Posted Feb 08, 2013 10:45 pm CST
Dallas County District Attorney Craig Watkins told lawyers at the ABA Midyear Meeting on Friday that they have a responsibility to work to revise stand your ground laws.
More often than not, Watkins said at a public hearing, it is minorities who “find themselves on the wrong end of a bullet” when shooters cite such laws to justify their actions. If you don’t understand the unfairness, he said, “maybe you need to give up your bar card.”
Watkins spoke at a public hearing examining the impact of such statutes. The sponsor, the ABA’s National Task Force on Stand Your Ground Laws, is planning three more regional hearings.
Stand your ground statutes are an expansion of the castle doctrine that holds there is no duty to retreat when threatened inside the home. Under stand your ground laws, shooters facing danger at locations outside their homes also have no duty to retreat.
Texas passed a law in 2007 that gives private citizens the right to use deadly force in the face of imminent danger to their homes, vehicles and workplaces. Watkins says the Texas law has a laudable purpose—giving people the right to protect their homes and families. But some people in control of the system, he said, don’t understand it is not justifiable to take someone’s life because they fear someone based on the color of their skin.
As an example of the problem, Watkins cited the case of Trayvon Martin, the unarmed Florida teen who was fatally shot during a trip to buy Skittles. Lawyers for the accused shooter, George Zimmerman, initially indicated they would rely on the state’s stand your ground law as a defense. He is still awaiting trial. If the case had occurred in Dallas County, Watkins said, Zimmerman would already have been tried.
Another speaker, Texas State Rep. Garnet Coleman, D-Houston, said the problem with stand your ground laws is that they allow people to take action based on a perception of danger. “Today young black men are considered to be dangerous by default,” he said.
A Texas A&M University professor who has studied the impact of such laws found that they have not reduced the homicide rate. Quite the contrary, says Texas A&M University professor Mark Hoekstra, who submitted written testimony to the task force.
Hoekstra joined with a Ph.D. candidate to study 21 states that passed stand your ground laws between 2000 and 2010. They found that homicide rates increased by about 8 percent in adopting states, relative to other states over the same period. At the same time, the rates of robbery, burglary and aggravated assault did not decline after adoption of the laws relative to other states.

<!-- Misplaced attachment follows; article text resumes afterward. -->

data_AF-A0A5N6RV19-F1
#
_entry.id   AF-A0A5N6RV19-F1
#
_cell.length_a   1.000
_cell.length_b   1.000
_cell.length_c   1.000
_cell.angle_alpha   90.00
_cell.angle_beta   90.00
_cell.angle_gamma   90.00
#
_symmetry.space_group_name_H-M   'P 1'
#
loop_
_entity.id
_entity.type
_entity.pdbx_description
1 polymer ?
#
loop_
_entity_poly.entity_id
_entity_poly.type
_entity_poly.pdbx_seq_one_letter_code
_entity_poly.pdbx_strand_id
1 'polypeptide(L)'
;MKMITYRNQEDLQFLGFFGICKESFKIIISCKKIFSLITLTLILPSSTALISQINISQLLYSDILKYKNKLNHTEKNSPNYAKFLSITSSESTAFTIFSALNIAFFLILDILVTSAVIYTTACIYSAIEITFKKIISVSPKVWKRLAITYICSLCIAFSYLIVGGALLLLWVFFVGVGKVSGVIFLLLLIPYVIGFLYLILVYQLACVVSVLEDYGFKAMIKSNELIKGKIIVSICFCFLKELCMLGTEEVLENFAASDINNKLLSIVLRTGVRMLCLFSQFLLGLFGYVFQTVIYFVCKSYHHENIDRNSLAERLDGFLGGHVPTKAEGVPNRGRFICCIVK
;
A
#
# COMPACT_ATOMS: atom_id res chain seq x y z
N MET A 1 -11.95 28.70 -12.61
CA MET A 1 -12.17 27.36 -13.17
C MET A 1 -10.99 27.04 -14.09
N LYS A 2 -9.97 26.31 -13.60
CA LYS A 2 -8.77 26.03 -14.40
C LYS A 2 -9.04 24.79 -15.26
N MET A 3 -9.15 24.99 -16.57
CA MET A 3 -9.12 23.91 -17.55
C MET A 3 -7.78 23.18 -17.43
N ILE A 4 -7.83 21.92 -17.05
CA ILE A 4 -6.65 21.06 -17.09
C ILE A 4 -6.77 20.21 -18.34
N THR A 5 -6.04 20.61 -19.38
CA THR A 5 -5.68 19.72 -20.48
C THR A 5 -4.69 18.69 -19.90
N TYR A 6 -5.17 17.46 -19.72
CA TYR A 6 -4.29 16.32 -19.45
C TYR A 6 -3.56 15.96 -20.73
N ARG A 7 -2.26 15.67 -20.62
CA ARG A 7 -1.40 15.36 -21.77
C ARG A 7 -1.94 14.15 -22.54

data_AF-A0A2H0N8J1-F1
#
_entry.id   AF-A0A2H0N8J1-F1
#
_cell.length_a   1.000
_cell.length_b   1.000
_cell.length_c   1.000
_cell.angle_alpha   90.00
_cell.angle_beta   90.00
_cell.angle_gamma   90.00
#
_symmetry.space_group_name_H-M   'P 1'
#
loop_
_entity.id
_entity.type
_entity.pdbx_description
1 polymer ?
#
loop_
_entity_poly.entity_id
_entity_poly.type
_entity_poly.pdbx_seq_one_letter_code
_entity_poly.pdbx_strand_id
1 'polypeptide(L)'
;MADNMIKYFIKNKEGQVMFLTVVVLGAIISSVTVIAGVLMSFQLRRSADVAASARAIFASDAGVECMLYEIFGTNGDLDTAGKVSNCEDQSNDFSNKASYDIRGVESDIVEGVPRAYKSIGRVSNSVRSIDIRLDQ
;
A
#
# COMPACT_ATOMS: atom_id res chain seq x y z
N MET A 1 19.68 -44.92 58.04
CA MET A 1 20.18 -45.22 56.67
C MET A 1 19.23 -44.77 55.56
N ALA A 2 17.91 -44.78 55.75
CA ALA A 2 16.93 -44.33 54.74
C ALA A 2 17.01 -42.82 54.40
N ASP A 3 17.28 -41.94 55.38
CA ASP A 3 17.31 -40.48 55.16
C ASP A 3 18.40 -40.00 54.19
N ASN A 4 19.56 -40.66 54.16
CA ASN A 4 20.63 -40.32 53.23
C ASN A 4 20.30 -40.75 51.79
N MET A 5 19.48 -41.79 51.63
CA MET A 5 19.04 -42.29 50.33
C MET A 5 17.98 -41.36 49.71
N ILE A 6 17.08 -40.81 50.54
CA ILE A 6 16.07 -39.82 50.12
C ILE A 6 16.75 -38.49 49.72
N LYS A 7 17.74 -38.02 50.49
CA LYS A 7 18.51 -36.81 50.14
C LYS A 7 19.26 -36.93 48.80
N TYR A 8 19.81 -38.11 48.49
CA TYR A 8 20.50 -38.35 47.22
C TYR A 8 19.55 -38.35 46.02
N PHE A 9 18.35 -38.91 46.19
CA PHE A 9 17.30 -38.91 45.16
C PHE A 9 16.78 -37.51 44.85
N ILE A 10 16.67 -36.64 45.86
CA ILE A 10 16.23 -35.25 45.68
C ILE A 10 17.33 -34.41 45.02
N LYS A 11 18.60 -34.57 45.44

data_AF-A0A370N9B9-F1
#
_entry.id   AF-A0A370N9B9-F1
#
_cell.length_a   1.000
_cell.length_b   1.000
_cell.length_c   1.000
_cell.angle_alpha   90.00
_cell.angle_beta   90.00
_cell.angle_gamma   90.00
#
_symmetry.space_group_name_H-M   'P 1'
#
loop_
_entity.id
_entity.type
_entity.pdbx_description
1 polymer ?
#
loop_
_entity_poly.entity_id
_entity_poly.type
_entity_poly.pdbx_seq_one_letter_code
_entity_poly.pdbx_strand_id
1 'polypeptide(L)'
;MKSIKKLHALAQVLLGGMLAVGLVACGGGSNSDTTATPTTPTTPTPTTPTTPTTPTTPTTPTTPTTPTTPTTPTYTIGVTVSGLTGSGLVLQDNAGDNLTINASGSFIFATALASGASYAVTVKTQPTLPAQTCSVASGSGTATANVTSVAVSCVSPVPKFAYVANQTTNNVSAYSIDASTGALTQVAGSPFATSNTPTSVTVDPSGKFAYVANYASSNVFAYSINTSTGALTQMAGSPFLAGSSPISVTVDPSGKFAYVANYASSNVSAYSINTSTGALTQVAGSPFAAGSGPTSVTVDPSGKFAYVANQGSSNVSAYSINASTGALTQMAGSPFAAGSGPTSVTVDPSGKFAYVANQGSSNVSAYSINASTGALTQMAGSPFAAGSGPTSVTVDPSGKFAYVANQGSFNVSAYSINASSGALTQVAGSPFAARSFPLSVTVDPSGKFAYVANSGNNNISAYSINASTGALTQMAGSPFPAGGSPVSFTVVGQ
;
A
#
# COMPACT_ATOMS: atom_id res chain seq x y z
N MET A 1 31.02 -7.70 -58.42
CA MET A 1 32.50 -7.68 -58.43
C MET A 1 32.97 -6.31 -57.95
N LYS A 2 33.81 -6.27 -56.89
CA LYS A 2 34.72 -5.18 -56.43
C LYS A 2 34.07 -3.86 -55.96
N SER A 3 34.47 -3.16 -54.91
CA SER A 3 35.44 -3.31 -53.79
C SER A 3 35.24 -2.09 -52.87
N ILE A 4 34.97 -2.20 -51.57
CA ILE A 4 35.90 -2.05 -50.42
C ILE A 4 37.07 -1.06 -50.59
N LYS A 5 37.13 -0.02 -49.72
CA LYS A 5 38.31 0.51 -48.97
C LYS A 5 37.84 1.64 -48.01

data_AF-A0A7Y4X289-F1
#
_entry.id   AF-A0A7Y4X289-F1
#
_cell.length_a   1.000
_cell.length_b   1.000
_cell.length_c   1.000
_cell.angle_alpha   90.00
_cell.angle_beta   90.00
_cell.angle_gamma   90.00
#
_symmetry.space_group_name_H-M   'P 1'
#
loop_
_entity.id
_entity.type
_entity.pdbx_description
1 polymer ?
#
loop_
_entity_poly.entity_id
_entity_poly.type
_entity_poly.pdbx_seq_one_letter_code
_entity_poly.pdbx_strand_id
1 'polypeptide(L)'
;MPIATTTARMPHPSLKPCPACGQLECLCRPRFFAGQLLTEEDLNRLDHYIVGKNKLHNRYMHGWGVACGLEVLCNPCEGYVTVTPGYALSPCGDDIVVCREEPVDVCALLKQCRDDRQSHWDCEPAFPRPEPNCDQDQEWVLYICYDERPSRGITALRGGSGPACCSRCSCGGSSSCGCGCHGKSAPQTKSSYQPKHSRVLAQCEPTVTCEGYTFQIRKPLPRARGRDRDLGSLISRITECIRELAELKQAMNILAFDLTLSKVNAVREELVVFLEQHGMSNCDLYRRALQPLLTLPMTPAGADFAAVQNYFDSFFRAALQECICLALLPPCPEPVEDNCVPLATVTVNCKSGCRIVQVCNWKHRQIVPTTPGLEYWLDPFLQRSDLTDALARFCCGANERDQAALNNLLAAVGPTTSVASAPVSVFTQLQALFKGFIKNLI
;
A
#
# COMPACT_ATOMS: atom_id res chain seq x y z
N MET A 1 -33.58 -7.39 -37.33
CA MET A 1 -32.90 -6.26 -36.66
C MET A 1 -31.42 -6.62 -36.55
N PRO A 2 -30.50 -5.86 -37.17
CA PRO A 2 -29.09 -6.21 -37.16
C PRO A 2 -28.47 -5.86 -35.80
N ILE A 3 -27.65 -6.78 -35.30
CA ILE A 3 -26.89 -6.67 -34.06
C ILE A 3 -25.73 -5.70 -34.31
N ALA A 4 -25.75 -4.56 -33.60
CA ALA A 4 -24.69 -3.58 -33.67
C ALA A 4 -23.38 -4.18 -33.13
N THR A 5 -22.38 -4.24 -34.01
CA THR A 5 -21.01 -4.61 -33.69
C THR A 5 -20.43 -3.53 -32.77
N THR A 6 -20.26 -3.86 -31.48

“To put it bluntly,” Hoekstra said in the written testimony, “when you make it easier for people to use deadly force, you get more of it. In contrast, there is not a broader benefit in the form of deterrence.”
The most emotional part of the public hearing came when a Texas woman spoke about a violent confrontation in her home that could have ended in her death if she didn’t have a gun.
Laura Teames, who has since changed her name to Laura Kenna, said she was expecting friends when she opened her door on Feb. 25, 2011, and was confronted by her ex-husband, who pointed two guns at her face. He ordered her to her bedroom and shot her twice in the legs when she refused his orders to get in bed.
Teames’ said she seized an opportunity when her ex-husband went downstairs to make sure the doors were locked to keep police out of the home. Teames managed to get up, locked the door and retrieved a gun from her safe. Teames says her ex-husband returned and shot the door open, and at that point she shot him. He dropped to the floor, got back up, and Teames shot him again. He survived but was seriously wounded.
“I wouldn’t be here today if I was not able to retrieve that weapon,” Teames said. “I couldn’t have gotten away. I couldn’t have run. … There was no other way out.”
Teames was not charged. Her ex-husband has been charged with aggravated assault in a domestic case and burglarizing a home to commit a felony, Teames said.